You know your loved one’s home will need some safety and/or accessibility modifications, but how are you going to get the job done?
Where To Get Help
There are several ways to modify and repair your loved one’s home. You can:
- Do it yourself
- Get a friend or relative to help
- Hire a handyman or contractor
- Contact a home modification and repair program
If you, your friends, or your relatives are unable to do the project yourselves, it’s worth it to look into local home modification and repair programs. Such programs can be located through your local Area Agency On Aging, State Agency On Aging, State Housing Finance Agency, Department of Public Welfare, Department Of Community Development, Senior Center, or Independent Living Center.
Using A Contractor
If you decide to hire a private contractor, make certain that he or she is reliable. Older people are prime targets for con artists and fraud. Be especially wary of door-to-door repair salespeople. Consider taking these steps:
- Get recommendations from friends who have had similar projects completed.
- Make sure that the contractor is licensed and bonded.
- Try to get bids from several contractors.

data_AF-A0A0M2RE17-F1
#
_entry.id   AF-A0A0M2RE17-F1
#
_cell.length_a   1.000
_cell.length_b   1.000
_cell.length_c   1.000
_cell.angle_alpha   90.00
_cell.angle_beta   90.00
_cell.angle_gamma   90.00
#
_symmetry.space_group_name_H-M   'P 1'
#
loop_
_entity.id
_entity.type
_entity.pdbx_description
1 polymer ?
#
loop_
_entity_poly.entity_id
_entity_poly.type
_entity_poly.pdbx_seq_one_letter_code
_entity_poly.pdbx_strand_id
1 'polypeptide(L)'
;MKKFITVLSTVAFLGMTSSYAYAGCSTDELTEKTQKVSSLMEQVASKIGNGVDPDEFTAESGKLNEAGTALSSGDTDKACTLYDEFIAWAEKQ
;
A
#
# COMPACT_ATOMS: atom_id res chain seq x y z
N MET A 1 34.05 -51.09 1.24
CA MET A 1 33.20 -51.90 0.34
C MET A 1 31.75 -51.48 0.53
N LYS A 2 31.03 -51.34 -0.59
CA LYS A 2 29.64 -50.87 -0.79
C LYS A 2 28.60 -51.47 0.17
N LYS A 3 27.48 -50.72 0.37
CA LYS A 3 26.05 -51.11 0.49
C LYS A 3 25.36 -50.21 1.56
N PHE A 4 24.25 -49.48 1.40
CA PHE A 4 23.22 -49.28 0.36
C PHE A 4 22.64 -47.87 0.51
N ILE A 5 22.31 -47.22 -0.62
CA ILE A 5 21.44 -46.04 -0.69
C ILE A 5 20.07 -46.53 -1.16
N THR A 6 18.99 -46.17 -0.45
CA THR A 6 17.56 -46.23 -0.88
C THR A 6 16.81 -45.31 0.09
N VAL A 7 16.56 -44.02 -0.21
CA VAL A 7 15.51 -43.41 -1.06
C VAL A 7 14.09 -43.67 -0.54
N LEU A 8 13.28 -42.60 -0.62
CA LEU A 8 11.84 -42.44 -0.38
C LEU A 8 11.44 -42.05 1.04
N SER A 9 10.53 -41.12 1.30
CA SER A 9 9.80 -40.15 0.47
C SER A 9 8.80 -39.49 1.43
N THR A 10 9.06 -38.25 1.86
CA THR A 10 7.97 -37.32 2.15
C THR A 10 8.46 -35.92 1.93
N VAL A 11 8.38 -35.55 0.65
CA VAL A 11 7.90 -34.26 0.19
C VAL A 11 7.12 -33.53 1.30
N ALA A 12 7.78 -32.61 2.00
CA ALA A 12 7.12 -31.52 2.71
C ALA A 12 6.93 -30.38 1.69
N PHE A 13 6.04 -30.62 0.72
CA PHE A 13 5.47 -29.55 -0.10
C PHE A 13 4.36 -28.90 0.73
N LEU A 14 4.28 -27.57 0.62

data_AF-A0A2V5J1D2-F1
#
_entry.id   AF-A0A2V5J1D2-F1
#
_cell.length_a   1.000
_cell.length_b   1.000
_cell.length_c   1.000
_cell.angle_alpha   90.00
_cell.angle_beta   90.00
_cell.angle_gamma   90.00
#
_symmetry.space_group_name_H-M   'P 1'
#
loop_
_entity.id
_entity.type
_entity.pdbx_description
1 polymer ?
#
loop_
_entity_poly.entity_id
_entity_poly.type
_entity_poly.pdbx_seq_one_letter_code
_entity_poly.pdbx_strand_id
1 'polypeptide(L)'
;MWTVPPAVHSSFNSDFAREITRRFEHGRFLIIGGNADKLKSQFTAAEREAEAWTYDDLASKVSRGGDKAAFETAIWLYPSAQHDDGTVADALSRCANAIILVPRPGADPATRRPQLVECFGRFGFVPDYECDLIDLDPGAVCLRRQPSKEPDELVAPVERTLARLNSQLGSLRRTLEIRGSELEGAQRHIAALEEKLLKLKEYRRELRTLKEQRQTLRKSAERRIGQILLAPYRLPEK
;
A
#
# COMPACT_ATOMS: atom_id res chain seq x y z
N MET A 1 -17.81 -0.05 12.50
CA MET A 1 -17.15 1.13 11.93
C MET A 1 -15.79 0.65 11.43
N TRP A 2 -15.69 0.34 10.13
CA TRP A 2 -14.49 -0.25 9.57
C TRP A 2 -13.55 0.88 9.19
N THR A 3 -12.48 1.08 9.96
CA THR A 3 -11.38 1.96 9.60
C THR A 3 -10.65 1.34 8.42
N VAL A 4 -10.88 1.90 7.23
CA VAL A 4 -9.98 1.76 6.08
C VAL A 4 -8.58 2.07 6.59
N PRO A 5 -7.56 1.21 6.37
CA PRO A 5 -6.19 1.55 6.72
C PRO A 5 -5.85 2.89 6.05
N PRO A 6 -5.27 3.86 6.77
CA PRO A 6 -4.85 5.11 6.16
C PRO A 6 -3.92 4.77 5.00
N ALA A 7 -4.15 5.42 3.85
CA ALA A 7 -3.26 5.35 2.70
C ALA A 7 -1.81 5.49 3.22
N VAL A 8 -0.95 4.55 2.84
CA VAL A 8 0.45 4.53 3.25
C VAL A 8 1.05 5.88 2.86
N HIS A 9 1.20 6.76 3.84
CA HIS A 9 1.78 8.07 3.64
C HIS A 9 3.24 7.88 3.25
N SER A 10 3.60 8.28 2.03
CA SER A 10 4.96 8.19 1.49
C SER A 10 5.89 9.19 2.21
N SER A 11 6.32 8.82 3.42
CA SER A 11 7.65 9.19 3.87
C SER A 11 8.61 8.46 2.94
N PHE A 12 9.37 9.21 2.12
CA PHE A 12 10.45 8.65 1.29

- Ask for references from previous customers—and check them out.
- Ask to see some of the contractor’s completed projects.
- Check with your local Better Business Bureau or your city/county Consumer Affairs Office regarding the contractor’s reliability and performance record.
- Insist on a written agreement, with only a small down payment. Have the agreement reviewed by a lawyer if it is very complicated.
- Make the final payment only after the project is completed.
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Adapted from Elder Action: Action Ideas for Older Persons and Their Families. Home Modification and Repair prepared by the Administration on Aging from materials developed by the National Eldercare Institute on Housing and Supportive Services, Andrus Gerontology Center, University of Southern California.